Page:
Archive for the '01. Pre-Trip' Category

nathan

T-Minus 48 Hours ‘Till Touchdown

Nathan Ready to Go!Almost time to leave, people!  I head to Chicago on Wednesday evening to fly out bright and early at 6:00 AM on Thursday morning.  After a sure-to-be-awesome 7 hour layover in Fort Lauderdale, I’ll touch down in Lima at 10:00 PM.  Ha! Excited? You bet I am. This calls for another picture of me giving a thumbs up.

IMG_0256Motel 6 Cockroach Plays PossumI returned from Wilmington, North Carolina where I joyfully fulfilled my best manial duties at my brother’s wedding (see left) and braved the possum-playing cockroaches (see right) and offers of cocaine (unfortunately not pictured) at the Wilmington Motel 6 apartment complex.   Shoot, bugs and coke peddlers — it’s probably pretty good practice for South America, right?  I’ve spent today doing final packing and getting my stuff in storage.  The bags pictured below are what I’m bringing actually bringing with me.  The backpack is carry-on, the cinched up duffel full of knives, liquids, and gels (oh my!) will be checked.Bags I'm Bringing

I had some nervous moments over the weekend thinking about the trip, but today I’ve just been both relaxed and excited about the prospect of finally starting this baby.  No nervousness now.  We’ll see how I feel once I’m actually on the plane to Lima.

I have reservations for four nights at the Barranco Backpacker’s Inn in Lima.  Their website is awesome?  During that time, if I like Lima, I might look for a room or apartment to rent for a month.

That’s all for now, kids.  I need to go and make a fake bus or airplane reservation to print as “proof” of onward travel from Lima.  Apparently I’m technically supposed to have that before I’m given a tourist visa or allowed to enter the country.

My next post comes to you from Lima.  My next post comes to you from… victory!  Hah.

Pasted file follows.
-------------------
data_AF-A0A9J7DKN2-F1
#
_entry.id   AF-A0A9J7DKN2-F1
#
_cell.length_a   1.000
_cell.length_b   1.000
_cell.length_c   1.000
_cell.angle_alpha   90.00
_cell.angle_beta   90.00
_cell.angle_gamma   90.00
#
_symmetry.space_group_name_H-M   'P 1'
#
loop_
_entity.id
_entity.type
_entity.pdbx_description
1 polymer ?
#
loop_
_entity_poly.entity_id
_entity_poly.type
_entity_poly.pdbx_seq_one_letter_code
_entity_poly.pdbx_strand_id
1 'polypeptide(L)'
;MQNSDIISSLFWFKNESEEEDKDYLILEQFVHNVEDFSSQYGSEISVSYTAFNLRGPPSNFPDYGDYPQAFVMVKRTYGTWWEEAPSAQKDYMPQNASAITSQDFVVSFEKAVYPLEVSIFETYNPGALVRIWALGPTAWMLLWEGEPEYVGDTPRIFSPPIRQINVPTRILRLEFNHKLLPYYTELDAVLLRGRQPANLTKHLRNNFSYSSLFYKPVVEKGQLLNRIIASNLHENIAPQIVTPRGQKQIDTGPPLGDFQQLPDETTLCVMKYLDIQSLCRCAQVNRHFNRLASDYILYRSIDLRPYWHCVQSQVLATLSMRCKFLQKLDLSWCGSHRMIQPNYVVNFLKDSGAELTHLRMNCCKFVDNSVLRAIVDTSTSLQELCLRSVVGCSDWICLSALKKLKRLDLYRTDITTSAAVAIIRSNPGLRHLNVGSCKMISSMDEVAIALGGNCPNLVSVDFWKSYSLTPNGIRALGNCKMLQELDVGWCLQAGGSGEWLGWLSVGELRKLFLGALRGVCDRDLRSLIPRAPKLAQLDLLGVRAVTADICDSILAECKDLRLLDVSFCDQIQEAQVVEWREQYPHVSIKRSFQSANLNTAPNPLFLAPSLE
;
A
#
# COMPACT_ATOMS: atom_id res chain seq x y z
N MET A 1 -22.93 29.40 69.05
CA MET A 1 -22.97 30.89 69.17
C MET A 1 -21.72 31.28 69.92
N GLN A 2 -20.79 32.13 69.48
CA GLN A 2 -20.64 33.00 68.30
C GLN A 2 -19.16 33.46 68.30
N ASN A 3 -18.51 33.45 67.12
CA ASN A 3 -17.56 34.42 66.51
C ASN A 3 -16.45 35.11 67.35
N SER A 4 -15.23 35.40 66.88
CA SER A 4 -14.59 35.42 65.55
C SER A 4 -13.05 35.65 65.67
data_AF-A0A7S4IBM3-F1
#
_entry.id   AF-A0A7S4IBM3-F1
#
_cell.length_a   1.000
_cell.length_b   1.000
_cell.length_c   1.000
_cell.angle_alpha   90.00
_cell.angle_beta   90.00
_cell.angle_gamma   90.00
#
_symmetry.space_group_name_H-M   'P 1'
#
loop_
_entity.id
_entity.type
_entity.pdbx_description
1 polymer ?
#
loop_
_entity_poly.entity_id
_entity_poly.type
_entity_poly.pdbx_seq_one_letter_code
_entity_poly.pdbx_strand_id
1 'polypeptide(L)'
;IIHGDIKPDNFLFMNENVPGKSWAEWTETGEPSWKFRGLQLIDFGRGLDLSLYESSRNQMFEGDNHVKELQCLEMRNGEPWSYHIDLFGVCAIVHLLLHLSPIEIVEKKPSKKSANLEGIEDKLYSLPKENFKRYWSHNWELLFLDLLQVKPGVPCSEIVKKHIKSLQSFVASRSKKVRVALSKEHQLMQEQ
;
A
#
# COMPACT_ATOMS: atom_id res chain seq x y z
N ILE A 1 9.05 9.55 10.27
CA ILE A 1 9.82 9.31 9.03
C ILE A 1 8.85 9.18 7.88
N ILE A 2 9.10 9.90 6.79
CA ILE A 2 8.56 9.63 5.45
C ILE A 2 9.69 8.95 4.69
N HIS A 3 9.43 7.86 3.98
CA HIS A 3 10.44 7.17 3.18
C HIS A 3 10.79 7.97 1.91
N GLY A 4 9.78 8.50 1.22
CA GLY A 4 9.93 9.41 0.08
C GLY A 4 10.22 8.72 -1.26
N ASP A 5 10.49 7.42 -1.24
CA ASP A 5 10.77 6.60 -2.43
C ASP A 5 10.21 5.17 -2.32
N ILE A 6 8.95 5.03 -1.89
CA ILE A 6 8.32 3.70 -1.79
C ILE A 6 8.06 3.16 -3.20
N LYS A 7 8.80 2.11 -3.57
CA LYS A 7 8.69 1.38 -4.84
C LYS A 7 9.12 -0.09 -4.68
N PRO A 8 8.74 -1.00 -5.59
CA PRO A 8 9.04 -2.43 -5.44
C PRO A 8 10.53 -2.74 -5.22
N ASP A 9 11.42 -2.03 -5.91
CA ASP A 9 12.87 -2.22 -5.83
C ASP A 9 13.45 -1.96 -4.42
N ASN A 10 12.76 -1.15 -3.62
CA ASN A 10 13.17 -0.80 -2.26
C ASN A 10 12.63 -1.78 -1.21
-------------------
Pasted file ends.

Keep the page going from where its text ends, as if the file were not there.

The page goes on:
NathanYou probably just got a link from me, didn’t you?

Well, then break out your bookmark button, brother! Add a favorite, friend! Ready your RSS reader, rock star! That’s right – it’s exactly what the internets need: another blog!

Join me, Nathan Shipley, as I embark on blog-ified journey around the world. Why bother with all the expense and time-commitment of circumnavigating the globe when you can virtually enjoy nearly the same experience vicariously from the comfort and security of your own office? Leave it to me to get horking, blue-in-the-face sick in India or Cambodia! I’ll be the one to get kidnapped by rebels in Colombia! Why should you have to suffer the embarrassment of realizing the cute Thai girl you just left the bar with isn’t the “girl” you thought she was? Sit back with your cocktail and enjoy the story.

Of course, I have no idea what will actually happen on this trip, but this is where you’ll be able to read and comment about it as it does. Beats a heartless mass-email, doesn’t it?

A Brief Disclaimer:

This site is written for a pretty general audience: anyone I know. That includes friends, immediate and extended family, grandmas, grandpas, co-workers, etc. However, please understand that I make no guarantees that this will always be a sanitized, family-friendly, swear-word free read. It’s quite possible I’ll get drunk, pissed-off, or see something that wouldn’t live on prime-time television … and then go back to my room and write about it. Family, consider yourself warned. Hopefully I won’t sully the favorable image you have of me too much. :)